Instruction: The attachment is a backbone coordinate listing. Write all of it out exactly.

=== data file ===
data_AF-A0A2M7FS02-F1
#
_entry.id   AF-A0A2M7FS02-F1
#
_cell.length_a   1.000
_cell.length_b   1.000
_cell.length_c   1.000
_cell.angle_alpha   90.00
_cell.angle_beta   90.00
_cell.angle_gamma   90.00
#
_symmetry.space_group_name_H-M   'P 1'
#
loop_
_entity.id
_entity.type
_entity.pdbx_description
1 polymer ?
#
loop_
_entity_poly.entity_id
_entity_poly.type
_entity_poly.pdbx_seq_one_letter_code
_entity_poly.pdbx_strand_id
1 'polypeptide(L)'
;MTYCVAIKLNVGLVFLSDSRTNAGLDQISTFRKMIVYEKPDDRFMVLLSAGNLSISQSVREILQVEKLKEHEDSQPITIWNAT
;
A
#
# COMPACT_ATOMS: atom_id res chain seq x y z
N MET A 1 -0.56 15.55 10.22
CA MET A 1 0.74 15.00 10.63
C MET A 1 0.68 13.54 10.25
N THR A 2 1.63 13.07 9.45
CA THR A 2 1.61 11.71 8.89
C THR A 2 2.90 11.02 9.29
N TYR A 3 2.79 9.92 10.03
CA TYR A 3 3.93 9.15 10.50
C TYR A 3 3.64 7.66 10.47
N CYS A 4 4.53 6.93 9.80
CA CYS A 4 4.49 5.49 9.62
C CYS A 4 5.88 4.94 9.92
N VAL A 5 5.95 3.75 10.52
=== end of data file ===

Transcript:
data_AF-A0A2M7FS02-F1
#
_entry.id   AF-A0A2M7FS02-F1
#
_cell.length_a   1.000
_cell.length_b   1.000
_cell.length_c   1.000
_cell.angle_alpha   90.00
_cell.angle_beta   90.00
_cell.angle_gamma   90.00
#
_symmetry.space_group_name_H-M   'P 1'
#
loop_
_entity.id
_entity.type
_entity.pdbx_description
1 polymer ?
#
loop_
_entity_poly.entity_id
_entity_poly.type
_entity_poly.pdbx_seq_one_letter_code
_entity_poly.pdbx_strand_id
1 'polypeptide(L)'
;MTYCVAIKLNVGLVFLSDSRTNAGLDQISTFRKMIVYEKPDDRFMVLLSAGNLSISQSVREILQVEKLKEHEDSQPITIWNAT
;
A
#
# COMPACT_ATOMS: atom_id res chain seq x y z
N MET A 1 -0.56 15.55 10.22
CA MET A 1 0.74 15.00 10.63
C MET A 1 0.68 13.54 10.25
N THR A 2 1.63 13.07 9.45
CA THR A 2 1.61 11.71 8.89
C THR A 2 2.90 11.02 9.29
N TYR A 3 2.79 9.92 10.03
CA TYR A 3 3.93 9.15 10.50
C TYR A 3 3.64 7.66 10.47
N CYS A 4 4.53 6.93 9.80
CA CYS A 4 4.49 5.49 9.62
C CYS A 4 5.88 4.94 9.92
N VAL A 5 5.95 3.75 10.52